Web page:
From videos to commercials, business is booming
As often as not, making films in Iowa is far removed from
big-screen presentations like The Bridges of Madison County
or Twister. A case in point would be The Chicken Magician.
Dropping from the skies aboard his Chickojet, or his Chickocopter,
or his Chickoballoon, or scooting along on his Chickocycle,
the Chicken Magician, the animated version of an old poultry
farmer, spreads the gospel of poultry to children of grade-school
and junior-high age. He does so in two 15-minute videos conceived
and produced by writers and artists of the McCormick Advertising
Agency of Des Moines and the West Des Moines-based Image Mill,
a consortium of 18 illustrators, animators, and designers.
"When advertising agencies hit the wall with stuff they
cant do, they call us," says James Mathis, Image
The Chicken Magicians role was to teach children about
where the poultry they see in the supermarket comes from,
about its nutritional importance, and about safe food handling.
"It had everything from talking chickens to you name
it," Mathis says.
The videos were made for the veterinary medicine division
of the Bayer Corp. at a cost well into the six figures, Mathis
says. Mathis says that about half of the work done by the
Image Mill is traditional illustrations for printed material.
The other half, he said, is animation for commercials, training
films, and other moving-picture productionsthe kind
of work, he says, that was almost nonexistent in Iowa two
Among other recent Image Mill projects, Mathis says, was
a portion of a training film for McLeod USA of Cedar Rapids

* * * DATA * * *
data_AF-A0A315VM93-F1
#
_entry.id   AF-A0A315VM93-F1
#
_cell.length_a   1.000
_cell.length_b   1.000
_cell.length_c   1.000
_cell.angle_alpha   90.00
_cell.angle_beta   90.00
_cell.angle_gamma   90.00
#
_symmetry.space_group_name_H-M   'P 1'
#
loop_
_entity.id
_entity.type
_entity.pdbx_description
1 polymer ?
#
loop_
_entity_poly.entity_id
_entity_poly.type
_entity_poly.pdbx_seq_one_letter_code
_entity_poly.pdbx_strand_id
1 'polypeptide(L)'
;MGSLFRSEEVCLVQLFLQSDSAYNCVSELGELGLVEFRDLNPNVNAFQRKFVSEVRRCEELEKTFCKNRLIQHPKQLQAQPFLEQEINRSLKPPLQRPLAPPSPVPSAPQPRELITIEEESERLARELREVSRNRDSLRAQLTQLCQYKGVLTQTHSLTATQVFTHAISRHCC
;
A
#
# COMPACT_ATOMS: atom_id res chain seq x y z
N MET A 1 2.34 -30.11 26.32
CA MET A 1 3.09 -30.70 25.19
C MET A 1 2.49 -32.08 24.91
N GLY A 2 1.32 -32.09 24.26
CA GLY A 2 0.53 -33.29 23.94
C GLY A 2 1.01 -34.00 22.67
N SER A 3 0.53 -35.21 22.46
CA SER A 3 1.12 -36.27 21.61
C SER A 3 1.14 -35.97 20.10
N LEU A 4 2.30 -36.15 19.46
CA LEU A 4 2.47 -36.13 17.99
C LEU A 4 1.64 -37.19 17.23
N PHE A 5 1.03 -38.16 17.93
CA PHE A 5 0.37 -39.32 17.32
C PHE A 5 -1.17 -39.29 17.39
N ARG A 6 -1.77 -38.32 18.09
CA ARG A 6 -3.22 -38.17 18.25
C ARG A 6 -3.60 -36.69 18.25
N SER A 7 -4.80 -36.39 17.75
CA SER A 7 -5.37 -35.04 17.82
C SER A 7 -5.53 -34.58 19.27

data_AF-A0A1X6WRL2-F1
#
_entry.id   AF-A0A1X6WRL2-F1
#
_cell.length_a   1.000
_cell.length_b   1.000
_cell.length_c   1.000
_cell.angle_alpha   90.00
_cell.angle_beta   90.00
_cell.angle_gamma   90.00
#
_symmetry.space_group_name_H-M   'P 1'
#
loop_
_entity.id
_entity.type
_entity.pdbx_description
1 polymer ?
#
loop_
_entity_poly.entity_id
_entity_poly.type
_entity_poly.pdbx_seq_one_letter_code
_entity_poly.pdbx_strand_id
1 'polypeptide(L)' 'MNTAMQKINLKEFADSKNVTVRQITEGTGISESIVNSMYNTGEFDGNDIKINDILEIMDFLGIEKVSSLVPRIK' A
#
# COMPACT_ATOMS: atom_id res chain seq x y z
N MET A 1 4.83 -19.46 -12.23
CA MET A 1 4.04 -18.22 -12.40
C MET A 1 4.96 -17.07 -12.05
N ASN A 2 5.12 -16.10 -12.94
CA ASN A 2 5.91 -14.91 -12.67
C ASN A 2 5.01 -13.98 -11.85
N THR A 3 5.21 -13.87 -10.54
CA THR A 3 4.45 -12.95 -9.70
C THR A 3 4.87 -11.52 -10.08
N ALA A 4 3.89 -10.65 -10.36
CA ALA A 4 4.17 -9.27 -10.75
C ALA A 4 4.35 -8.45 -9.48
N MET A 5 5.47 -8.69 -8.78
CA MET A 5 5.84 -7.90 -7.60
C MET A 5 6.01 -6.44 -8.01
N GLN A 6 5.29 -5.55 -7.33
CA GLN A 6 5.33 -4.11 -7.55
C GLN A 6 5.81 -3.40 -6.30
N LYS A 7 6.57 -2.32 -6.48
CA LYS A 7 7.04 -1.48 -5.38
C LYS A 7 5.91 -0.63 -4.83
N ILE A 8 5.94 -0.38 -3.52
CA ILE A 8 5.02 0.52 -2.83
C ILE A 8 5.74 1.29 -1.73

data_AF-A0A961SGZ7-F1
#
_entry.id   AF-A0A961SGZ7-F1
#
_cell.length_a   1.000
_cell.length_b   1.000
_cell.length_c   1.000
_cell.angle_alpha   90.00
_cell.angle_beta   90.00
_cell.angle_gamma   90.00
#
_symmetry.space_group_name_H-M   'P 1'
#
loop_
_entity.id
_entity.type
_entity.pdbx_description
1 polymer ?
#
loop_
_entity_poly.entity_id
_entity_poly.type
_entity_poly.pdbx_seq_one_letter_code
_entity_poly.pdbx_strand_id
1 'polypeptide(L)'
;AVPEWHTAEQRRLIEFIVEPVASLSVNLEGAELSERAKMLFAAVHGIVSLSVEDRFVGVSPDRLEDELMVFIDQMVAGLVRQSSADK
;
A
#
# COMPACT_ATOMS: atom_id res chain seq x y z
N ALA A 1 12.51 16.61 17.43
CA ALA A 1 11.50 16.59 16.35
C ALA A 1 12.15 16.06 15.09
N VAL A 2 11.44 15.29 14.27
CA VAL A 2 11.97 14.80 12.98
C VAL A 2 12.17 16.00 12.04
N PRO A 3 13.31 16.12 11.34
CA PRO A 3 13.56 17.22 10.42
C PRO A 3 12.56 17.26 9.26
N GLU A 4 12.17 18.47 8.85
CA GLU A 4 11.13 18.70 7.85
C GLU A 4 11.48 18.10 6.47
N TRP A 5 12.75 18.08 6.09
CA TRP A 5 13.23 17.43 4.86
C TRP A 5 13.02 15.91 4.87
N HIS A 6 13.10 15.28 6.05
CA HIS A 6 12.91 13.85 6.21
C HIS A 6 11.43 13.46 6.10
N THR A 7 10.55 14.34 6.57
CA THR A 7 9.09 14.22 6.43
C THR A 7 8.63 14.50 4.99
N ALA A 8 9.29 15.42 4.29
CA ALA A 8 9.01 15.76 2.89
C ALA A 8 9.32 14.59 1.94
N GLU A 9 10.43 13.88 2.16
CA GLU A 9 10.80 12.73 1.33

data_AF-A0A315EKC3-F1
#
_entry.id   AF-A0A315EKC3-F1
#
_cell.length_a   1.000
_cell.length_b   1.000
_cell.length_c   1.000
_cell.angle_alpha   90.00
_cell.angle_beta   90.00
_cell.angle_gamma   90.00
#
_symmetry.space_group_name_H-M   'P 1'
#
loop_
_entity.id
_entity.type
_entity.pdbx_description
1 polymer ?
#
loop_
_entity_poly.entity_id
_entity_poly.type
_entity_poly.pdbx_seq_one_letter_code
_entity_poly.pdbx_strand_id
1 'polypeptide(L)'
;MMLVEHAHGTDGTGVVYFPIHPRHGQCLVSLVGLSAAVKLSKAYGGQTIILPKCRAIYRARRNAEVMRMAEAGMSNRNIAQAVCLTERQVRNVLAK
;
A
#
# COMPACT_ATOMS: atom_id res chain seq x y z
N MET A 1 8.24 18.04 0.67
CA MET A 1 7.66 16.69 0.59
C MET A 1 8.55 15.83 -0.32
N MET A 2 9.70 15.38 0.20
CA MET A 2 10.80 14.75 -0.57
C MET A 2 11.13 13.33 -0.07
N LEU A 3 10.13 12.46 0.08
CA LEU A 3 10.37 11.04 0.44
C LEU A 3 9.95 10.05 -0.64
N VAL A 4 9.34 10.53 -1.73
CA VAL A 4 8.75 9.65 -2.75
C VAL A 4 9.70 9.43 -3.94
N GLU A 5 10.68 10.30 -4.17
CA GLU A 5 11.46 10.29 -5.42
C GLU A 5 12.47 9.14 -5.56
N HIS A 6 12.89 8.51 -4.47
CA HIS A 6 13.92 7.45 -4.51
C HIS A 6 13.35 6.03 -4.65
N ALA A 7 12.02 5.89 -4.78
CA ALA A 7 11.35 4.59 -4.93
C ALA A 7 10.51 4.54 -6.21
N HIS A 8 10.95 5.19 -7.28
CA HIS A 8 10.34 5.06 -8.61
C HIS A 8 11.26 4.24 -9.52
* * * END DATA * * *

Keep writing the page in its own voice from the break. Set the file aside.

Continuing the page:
that stressed the importance of honest dealings. The lesson
was taught bywho else? An animated George "I Cannot
Tell a Lie" Washington.
The breadth of the industry in Iowa is amply illustrated
by Metro Communications of Cedar Rapids, a growing, 15-year-old
company that has filmed, taped, and done live feeds on everything
from presidential debates to professional wrestling. The company
has sent crews to Mexico and Japan to make promotional programs
for Iowa corporations, produced a video on brain injuries
for the University of Iowa, produced a teleconference at a
Kansas City hospital that involved two open-heart surguries,
and provided footage for Inside Edition, Good Morning America,
the Today Show, and other network television shows. The company
says it can make commercials and videos in many languages
and has the talent and technologyincluding access to
a national pool of actors and musiciansto craft any
message a company wants to convey, usually for a lot less
money than companies on either coast would demand. Toyota,
John Deere, Amana, and IBP are some of the companies for which
Metro has worked. Keith Hindman of Metro says the company
has 16 employeesquadruple the number of a decade agoand
is putting $2 million into a new production studio.